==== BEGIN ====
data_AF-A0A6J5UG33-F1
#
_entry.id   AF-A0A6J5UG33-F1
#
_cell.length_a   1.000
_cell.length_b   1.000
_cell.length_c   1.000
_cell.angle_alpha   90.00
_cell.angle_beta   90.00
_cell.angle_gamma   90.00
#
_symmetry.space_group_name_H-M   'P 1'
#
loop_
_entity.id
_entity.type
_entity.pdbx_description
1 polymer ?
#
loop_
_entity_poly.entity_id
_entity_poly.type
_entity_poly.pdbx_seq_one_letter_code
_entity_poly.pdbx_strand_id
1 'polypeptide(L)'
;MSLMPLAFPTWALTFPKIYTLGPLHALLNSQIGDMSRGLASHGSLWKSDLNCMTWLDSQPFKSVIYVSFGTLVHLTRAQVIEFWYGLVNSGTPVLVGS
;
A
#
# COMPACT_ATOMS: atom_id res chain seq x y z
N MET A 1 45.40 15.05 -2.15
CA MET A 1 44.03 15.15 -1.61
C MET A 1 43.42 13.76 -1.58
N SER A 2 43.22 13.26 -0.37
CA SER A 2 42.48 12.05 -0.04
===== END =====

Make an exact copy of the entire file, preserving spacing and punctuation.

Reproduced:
data_AF-A0A6J5UG33-F1
#
_entry.id   AF-A0A6J5UG33-F1
#
_cell.length_a   1.000
_cell.length_b   1.000
_cell.length_c   1.000
_cell.angle_alpha   90.00
_cell.angle_beta   90.00
_cell.angle_gamma   90.00
#
_symmetry.space_group_name_H-M   'P 1'
#
loop_
_entity.id
_entity.type
_entity.pdbx_description
1 polymer ?
#
loop_
_entity_poly.entity_id
_entity_poly.type
_entity_poly.pdbx_seq_one_letter_code
_entity_poly.pdbx_strand_id
1 'polypeptide(L)'
;MSLMPLAFPTWALTFPKIYTLGPLHALLNSQIGDMSRGLASHGSLWKSDLNCMTWLDSQPFKSVIYVSFGTLVHLTRAQVIEFWYGLVNSGTPVLVGS
;
A
#
# COMPACT_ATOMS: atom_id res chain seq x y z
N MET A 1 45.40 15.05 -2.15
CA MET A 1 44.03 15.15 -1.61
C MET A 1 43.42 13.76 -1.58
N SER A 2 43.22 13.26 -0.37
CA SER A 2 42.48 12.05 -0.04